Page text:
If you’ve ever had a kidney stone, you know the pain can be sudden, intense, and incapacitating. While there’s no guaranteed way to prevent kidney stones, staying well hydrated can help minimize their likelihood. Though dehydration can be a problem throughout the year, summer is a particular challenge. As temperatures and humidity climb and you become more active outdoors, it’s important to increase the amount of water you drink. While kidney stones are fairly common, and a history of a single stone can have little impact on your next medical, a second or subsequent stone requires a special issuance medical certificate.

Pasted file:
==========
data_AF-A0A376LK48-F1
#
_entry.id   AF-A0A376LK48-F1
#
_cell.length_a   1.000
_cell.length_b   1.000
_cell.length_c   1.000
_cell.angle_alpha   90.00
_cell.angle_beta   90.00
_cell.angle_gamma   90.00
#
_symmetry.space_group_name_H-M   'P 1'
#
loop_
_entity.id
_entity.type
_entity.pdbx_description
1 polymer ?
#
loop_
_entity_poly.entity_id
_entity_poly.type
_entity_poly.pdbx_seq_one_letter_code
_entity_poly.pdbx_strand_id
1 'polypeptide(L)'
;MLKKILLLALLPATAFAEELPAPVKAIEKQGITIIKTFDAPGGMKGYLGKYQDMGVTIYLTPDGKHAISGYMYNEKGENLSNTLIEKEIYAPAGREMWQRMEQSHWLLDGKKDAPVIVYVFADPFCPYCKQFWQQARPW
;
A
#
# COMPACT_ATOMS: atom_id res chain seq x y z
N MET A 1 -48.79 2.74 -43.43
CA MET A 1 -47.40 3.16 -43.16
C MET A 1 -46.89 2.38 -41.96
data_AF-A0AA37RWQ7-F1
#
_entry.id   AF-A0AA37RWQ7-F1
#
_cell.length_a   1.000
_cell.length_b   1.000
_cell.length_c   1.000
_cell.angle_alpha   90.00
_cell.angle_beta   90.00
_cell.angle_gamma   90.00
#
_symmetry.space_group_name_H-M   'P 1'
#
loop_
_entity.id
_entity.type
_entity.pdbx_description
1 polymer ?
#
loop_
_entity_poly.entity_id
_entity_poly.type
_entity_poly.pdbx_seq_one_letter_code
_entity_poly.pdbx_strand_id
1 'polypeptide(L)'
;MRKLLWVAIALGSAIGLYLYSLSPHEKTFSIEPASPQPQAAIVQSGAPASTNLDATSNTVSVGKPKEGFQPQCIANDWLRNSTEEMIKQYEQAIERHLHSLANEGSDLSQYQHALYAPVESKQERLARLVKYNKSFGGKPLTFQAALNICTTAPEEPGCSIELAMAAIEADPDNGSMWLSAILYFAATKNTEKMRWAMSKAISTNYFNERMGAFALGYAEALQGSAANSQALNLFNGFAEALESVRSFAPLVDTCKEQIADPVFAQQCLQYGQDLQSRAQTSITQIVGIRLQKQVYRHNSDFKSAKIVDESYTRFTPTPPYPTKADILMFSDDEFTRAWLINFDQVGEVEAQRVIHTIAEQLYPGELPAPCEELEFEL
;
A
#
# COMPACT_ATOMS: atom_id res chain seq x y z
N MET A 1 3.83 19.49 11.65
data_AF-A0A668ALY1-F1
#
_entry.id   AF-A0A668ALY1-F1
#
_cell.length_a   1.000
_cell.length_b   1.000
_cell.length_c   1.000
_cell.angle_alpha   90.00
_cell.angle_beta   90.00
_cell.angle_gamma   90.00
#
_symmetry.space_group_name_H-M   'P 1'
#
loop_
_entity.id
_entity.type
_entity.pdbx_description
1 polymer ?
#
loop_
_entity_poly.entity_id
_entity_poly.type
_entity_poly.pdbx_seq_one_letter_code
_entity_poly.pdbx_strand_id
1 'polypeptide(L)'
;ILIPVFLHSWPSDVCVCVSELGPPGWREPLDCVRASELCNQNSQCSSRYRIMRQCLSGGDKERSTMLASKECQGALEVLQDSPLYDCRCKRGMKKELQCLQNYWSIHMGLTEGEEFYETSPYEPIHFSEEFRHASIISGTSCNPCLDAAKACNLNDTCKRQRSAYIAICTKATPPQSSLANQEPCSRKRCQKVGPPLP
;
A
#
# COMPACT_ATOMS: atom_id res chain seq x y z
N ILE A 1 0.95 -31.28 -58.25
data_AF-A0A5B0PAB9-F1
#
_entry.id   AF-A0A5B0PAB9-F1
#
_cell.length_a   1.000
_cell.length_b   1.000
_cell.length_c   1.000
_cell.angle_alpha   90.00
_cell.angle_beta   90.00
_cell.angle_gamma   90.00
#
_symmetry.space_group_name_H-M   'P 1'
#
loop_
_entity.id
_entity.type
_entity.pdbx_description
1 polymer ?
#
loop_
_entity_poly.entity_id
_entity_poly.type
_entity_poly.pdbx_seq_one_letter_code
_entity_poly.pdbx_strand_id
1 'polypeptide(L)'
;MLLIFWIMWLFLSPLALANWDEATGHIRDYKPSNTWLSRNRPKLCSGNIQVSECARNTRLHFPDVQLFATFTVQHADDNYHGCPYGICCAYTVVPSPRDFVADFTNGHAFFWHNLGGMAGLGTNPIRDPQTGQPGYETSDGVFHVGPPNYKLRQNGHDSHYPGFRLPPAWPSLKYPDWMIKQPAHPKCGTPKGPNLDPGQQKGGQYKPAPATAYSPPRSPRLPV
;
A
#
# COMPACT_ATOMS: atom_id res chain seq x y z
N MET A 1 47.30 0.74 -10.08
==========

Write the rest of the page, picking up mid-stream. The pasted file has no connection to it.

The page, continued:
Here are the details: The FAA allows for recertification following the diagnosis and successful treatment of kidney stones. If you are reporting them on your medical application for the first time, you will need to provide the aviation medical examiner the following two reports from your treating physician (usually a urologist):
However, a retained stone or a history of recurring stones is disqualifying and the AME should defer the application to the FAA for a decision. Recertification with a retained stone may be possible if there is reasonable evidence that the stone is not likely to move. Depending upon the size and chemical makeup of the stone, any movement can result in rapid and potentially incapacitating pain. Your urologist should provide a written opinion as to the likelihood for incapacitation.
After initial certification by FAA staff doctors, subsequent renewals qualify for AME Assisted Special Issuance (AASI). This allows the medical examiner to issue an airman medical certificate after the FAA has conducted the initial review of the medical records. The AASI form is online here.